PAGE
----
Japanology – Small factories

I am so humbled to watch a short documentary on the magnificent talent of Japanese artists. At times, the tasks at hand require a level of precision that can only be achieved by feels and instinct of humans. For instance, a stainless steel bar needs to have its diameter reduced from 52.01 millimeter to 50 millimeter. Exactly 2.01 millimeter must be removed. No more, no less.

The talent of these skilled workers is remarkable, only bettered by their off-the-chart regard for what they do. All the interviewees have years and years of honing their craft and pride beams out of their face whenever they talk about the work they do. The products of their labor don’t often get mentioned or recognized by end users, yet as the video shows, the parts play a pivotal role in high speed trains or rockets or healthcare.

This type of craftsmanship, dedication and pride in their work seems like a lost art. I have nothing but deep deep respect for Japan, its culture and the example they show the rest of the world.

Women suffrage and what’s happening with abortion bans

I came across a lot of materials in Washington DC’s museums on women suffrage decades ago. The movement is really inspiring and stunning to see. Inspiring in the sense that these women did everything they had to in order to get what was rightfully theirs, in the times that were hostile to women’s rights.

Stunning in a sense that almost 150 years later, women are still battling for the right to do what they want with THEIR OWN bodies. We cured a lot of diseases that were fatal years ago. We got close to Mars, put men on the moon and went beyond what we had imagined. We have been talking about autonomous vehicles for years. We make content instantly available almost everywhere on small devices that are much more powerful than computers 40 years ago. Yet, the basic rights of women are still a fight.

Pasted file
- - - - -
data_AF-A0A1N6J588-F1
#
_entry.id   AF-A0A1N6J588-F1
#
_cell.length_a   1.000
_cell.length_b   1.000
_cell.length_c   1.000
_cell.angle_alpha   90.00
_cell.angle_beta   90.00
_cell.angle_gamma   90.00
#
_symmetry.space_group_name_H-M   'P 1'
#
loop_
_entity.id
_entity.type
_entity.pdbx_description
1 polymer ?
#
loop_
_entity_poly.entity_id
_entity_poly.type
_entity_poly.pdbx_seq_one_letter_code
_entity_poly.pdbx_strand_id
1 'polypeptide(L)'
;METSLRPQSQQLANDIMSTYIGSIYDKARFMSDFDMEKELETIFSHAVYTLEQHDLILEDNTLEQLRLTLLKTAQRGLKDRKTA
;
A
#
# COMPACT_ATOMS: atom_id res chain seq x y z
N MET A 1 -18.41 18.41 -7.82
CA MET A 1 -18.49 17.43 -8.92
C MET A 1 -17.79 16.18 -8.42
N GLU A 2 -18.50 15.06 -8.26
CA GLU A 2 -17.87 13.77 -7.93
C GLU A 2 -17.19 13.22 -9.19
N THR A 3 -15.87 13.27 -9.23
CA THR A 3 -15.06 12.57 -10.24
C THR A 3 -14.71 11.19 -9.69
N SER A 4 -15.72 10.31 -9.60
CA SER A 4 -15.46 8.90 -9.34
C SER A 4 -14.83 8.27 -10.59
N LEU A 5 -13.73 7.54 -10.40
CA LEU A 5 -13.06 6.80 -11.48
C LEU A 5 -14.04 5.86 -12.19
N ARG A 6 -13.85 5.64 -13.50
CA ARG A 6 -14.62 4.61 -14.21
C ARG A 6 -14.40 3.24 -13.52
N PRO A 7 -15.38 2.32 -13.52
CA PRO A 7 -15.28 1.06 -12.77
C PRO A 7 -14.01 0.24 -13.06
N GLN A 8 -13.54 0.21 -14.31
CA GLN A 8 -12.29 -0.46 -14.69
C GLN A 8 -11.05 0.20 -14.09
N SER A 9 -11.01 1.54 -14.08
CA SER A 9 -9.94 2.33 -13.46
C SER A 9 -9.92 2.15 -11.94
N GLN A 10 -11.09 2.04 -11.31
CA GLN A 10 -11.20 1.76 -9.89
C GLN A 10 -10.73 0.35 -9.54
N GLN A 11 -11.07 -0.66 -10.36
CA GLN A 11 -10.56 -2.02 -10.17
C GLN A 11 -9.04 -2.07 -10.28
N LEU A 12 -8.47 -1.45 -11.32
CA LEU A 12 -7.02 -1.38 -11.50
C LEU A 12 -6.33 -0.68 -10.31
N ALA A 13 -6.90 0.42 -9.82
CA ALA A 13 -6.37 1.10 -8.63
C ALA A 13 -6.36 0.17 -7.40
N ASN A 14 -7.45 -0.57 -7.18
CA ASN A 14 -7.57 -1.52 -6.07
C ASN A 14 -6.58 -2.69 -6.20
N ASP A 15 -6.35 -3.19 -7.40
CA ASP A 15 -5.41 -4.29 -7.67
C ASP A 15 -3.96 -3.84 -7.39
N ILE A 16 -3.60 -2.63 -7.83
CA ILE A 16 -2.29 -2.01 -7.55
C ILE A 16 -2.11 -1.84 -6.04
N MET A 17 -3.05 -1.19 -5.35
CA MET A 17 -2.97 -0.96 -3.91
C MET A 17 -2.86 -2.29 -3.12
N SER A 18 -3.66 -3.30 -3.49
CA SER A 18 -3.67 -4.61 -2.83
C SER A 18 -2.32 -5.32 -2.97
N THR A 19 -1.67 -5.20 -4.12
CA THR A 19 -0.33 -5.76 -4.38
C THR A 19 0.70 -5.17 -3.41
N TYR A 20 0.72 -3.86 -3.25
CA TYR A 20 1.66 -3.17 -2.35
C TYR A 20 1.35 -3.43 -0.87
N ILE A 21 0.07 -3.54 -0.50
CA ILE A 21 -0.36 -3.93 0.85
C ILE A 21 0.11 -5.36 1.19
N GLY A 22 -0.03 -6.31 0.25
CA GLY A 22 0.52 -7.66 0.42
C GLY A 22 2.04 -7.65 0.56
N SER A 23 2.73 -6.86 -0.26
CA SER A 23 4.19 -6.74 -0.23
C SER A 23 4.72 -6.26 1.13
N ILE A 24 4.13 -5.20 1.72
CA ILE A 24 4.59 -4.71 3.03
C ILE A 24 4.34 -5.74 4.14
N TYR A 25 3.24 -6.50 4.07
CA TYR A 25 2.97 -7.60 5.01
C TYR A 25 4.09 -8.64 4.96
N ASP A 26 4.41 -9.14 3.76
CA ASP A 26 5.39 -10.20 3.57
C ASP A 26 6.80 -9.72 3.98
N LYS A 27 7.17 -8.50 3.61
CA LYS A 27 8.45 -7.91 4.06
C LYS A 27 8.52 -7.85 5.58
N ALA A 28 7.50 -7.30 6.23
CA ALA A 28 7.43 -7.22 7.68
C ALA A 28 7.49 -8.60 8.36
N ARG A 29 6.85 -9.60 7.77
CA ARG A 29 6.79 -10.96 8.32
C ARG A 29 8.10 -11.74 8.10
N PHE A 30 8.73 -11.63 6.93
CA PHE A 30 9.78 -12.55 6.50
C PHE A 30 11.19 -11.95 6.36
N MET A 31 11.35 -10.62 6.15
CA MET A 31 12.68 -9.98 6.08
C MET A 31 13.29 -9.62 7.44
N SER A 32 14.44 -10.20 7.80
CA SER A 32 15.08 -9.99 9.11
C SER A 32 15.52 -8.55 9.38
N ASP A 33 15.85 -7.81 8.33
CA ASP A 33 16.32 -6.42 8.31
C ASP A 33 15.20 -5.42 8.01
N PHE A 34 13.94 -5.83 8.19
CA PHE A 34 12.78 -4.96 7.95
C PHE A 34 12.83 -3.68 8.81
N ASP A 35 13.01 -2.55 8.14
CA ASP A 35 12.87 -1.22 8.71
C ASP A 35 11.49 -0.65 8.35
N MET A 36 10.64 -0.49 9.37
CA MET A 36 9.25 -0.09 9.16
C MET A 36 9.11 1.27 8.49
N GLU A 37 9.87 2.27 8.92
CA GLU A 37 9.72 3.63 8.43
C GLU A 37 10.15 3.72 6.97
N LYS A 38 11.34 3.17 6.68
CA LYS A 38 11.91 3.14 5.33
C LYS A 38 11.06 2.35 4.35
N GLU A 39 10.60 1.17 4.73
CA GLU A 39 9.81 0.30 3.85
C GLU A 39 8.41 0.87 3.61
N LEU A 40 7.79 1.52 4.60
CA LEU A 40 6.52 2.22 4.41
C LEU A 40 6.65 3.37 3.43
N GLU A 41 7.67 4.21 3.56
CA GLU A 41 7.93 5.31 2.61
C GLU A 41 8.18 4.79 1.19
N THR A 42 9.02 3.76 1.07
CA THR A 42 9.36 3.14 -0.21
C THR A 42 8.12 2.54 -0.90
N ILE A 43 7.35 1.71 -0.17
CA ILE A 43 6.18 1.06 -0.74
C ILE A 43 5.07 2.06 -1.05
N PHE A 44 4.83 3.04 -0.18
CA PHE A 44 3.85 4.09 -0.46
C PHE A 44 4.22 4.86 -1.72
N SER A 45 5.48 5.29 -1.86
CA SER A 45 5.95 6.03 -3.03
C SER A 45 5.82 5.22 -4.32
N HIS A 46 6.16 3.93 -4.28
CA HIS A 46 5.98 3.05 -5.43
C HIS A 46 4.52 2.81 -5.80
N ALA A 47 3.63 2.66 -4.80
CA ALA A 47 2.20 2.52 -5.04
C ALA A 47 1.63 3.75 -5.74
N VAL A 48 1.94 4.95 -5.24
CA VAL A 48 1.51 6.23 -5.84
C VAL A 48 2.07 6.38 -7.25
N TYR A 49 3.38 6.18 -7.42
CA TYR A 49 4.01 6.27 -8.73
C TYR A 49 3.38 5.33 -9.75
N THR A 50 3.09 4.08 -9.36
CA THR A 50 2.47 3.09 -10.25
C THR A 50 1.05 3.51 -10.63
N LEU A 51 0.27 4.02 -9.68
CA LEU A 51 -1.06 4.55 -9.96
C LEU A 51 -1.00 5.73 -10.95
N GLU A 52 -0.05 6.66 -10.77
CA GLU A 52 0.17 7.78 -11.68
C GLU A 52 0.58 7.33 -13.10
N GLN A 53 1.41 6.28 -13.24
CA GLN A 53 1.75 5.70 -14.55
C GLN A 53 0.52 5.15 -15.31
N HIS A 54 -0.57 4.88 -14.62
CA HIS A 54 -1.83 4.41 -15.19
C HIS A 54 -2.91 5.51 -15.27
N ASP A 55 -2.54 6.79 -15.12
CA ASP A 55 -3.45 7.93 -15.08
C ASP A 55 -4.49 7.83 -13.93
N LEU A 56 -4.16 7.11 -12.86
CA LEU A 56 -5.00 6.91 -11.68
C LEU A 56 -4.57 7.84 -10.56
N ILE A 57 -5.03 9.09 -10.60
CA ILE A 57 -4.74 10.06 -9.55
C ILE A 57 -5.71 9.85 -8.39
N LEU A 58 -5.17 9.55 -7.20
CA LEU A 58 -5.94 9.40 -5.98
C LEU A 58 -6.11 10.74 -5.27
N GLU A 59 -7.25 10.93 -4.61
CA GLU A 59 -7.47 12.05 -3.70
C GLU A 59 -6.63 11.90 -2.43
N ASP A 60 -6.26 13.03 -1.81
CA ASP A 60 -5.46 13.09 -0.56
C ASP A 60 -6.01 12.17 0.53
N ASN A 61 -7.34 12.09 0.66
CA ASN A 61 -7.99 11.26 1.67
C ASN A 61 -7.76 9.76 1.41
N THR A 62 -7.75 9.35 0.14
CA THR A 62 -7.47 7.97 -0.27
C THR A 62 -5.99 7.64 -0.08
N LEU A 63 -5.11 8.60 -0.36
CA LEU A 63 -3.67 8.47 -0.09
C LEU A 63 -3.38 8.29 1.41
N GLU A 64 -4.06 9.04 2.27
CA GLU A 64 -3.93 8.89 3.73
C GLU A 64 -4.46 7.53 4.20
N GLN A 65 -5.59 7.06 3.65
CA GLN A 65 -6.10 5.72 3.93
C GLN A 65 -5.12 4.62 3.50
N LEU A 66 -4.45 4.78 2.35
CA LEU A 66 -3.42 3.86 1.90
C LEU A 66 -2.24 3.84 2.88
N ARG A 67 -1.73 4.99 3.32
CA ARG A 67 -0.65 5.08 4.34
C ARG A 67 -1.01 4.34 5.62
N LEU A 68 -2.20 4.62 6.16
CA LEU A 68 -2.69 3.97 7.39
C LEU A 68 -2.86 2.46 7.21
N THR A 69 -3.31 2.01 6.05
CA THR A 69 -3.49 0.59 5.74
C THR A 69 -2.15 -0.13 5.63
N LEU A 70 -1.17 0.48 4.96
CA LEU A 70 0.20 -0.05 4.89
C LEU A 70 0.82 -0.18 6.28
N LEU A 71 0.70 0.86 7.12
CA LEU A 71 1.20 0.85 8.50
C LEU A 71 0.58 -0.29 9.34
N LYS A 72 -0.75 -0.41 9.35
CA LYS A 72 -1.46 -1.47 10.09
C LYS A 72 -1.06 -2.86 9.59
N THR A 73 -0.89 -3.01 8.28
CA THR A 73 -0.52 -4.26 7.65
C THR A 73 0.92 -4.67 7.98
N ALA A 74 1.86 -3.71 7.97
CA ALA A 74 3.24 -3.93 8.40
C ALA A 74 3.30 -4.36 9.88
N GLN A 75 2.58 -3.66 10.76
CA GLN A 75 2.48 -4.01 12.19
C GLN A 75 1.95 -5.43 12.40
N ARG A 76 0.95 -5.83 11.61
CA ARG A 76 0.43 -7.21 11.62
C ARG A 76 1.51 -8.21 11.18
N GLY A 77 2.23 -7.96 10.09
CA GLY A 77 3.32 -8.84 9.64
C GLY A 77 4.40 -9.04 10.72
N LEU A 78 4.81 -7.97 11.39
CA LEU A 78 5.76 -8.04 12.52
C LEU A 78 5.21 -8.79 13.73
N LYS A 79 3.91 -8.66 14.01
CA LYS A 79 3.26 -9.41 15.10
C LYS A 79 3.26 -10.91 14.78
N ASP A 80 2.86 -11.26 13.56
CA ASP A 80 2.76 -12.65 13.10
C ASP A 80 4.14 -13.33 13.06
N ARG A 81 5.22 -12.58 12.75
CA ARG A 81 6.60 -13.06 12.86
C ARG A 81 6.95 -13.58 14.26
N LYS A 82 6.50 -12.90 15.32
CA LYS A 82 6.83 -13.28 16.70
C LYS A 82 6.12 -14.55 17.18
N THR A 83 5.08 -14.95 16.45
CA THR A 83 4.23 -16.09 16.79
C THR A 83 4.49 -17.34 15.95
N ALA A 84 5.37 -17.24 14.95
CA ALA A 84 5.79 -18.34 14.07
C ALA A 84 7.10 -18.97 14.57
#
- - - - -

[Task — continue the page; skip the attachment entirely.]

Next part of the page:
Years from now, museums in the US will store evidence of how women still didn’t have this basic right and how they fought to eventually secure it in 2019, won’t they?

How Apple’s Find My feature works

Wired published details on how Find My feature on Apple devices will work. the feature allows Apple users to find lost or stolen devices even when the devices are offline. Below are my understanding of the process and attempt to illustrate how it works with visuals for easier interpretation

Here’s how the new system works, as Apple describes it, step by step:

When you first set up Find My on your Apple devices—and Apple confirmed you do need at least two devices for this feature to work—it generates an unguessable private key that’s shared on all those devices via end-to-end encrypted communication, so that only those machines possess the key.

Each device also generates a public key. As in other public key encryption setups, this public key can be used to encrypt data such that no one can decrypt it without the corresponding private key, in this case the one stored on all your Apple devices. This is the “beacon” that your devices will broadcast out via Bluetooth to nearby devices.

That public key frequently changes, “rotating” periodically to a new number. Thanks to some mathematical magic, that new number doesn’t correlate with previous versions of the public key, but it still retains its ability to encrypt data such that only your devices can decrypt it. Apple refused to say just how often the key rotates. But every time it does, the change makes it that much harder for anyone to use your Bluetooth beacons to track your movements.

Say someone steals your MacBook. Even if the thief carries it around closed and disconnected from the internet, your laptop will emit its rotating public key via Bluetooth. A nearby stranger’s iPhone, with no interaction from its owner, will pick up the signal, check its own location, and encrypt that location data using the public key it picked up from the laptop. The public key doesn’t contain any identifying information, and since it frequently rotates, the stranger’s iPhone can’t link the laptop to its prior locations either.

The stranger’s iPhone then uploads two things to Apple’s server: The encrypted location, and a hash of the laptop’s public key, which will serve as an identifier. Since Apple doesn’t have the private key, it can’t decrypt the location.